Last year that economy collapsed. One of the reasons might have been the worldwide crisis, but another contributing factor certainly was the stagnation of foreign resources. This was also caused by the – eventually successful – attempts by the Palestinian Authority to upgrade its UN status. Israel and the US, as well as countries like the Netherlands, were strongly against this, and the consequences for the Palestinian economy soon made themselves known – which goes to prove that this economy is totally governed by political circumstances.

In the meantime, the American secretary of state John Kerry is endeavouring to get the Palestinian economy going again, within the context of renewed peace negotiations. However, that comes down to a repetition of moves, the re-instalment of the drip that accomplished the previous period of economic growth. If undesirable political developments were once again to occur, that drip could cheerfully be disconnected again.

According to the Palestinian economist Naser Abdelkarim, the economy in Palestine has been governed – and still is – by the false ideology of Fayyadism over the past ten years. This term is derived from Salam Fayyad, an internationally highly respected former World Bank official. From 2007 until April 2013 he was the Palestinian prime minister and at the same time, from 2002 to mid 2012 – with some interruptions – minister of Finance. Fayyadism prescribes that economic growth, security and institutional power will be the pillars of a future Palestinian state. Who would want to contradict that?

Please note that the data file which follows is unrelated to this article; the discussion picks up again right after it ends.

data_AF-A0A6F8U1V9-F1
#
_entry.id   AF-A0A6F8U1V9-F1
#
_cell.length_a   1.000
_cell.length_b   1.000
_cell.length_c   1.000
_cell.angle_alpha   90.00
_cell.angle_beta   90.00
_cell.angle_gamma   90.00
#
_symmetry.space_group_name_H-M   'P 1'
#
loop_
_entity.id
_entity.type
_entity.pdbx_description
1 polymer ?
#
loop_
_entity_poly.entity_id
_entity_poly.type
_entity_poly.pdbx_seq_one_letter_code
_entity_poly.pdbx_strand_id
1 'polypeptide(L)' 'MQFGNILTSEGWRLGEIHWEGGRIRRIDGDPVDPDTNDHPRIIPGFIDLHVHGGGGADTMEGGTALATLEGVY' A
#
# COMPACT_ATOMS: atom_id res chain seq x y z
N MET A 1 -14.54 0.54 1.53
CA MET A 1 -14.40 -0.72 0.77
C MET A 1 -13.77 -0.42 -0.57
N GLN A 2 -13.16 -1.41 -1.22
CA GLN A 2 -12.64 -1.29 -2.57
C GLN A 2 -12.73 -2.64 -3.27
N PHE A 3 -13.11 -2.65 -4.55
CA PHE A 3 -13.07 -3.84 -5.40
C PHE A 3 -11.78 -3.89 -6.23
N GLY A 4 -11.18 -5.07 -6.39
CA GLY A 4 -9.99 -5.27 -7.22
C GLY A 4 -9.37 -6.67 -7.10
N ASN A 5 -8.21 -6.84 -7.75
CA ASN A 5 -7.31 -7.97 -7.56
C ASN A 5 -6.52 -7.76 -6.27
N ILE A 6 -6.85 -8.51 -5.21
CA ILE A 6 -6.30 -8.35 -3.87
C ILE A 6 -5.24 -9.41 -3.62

Well, as it happens, Naser Abdelkarim. According to him, the now outdated fine economic figures have always been misleading. Fayyadism is based on a free market economy.

"How can you be sure of free circulation of people and goods when you cannot even control your own borders?"

“But that model simply won’t work for us. Palestine has nothing in common with Great Britain or Sweden. A free market economy is based on the assumption of free people, but Palestinians are not free; they live in occupied territory. A free market economy is based on the assumption of a more or less homogenous market, without domestic obstacles.

“Well, one word that does not apply to our economy is the word homogenous. There is an economy in the north, in the centre and in the south of the West Bank, there is an economy in the Gaza Strip, there is an economy of Palestinian refugees, there is an economy of the Palestinian diaspora and – don’t forget – an economy of illegal Jewish settlements.”

And even if the Palestinian economy were, indeed, homogenous, it would still not fulfil all the criteria of a free market economy.

“How can you be sure of free circulation of people and goods when you cannot even control your own borders? We are not free to trade with whomever we want, because Israel decides. Just as it decides what we are allowed to import."

Abdelkarim says the economy is an integral part of the war Israel wages against the Palestinians.

“The term ‘peace dividend’ that Netanyahu and special envoy Blair have been employing, says it all really. If we conform to Israeli demands and interests, the dividend will be paid out and artificial economic prosperity will be ours. If not, the dividend will be withdrawn and our economy will collapse. A situation of almost total dependence.”

Whatever the solution may be, it is not the BDS campaign, according to Abdelkarim, who says that an international boycott of products from the settlements will increase the cost of the occupation, but not hurt Israel enough to bring about real change.

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“The only thing that would really help would be for America and the EU to cut off the extensive financial support they are giving Israel. That is why I have the following message for all Western activists running around in Palestine these days: I like you…but go away. It’s no use demonstrating here. Go and demonstrate in Brussels and Washington, against your own leaders. Because they’re the ones to determine our future.”

Carl Stellweg
Carl is an experienced journalist, specialised in the Middle East and the Islamic world. He was born in Beirut and has traveled to Algeria, Albania, Bosnia, Israel and Palestine, Iran, Pakistan, Sudan, and more. Carl has also done translations for the EU and National Geographic.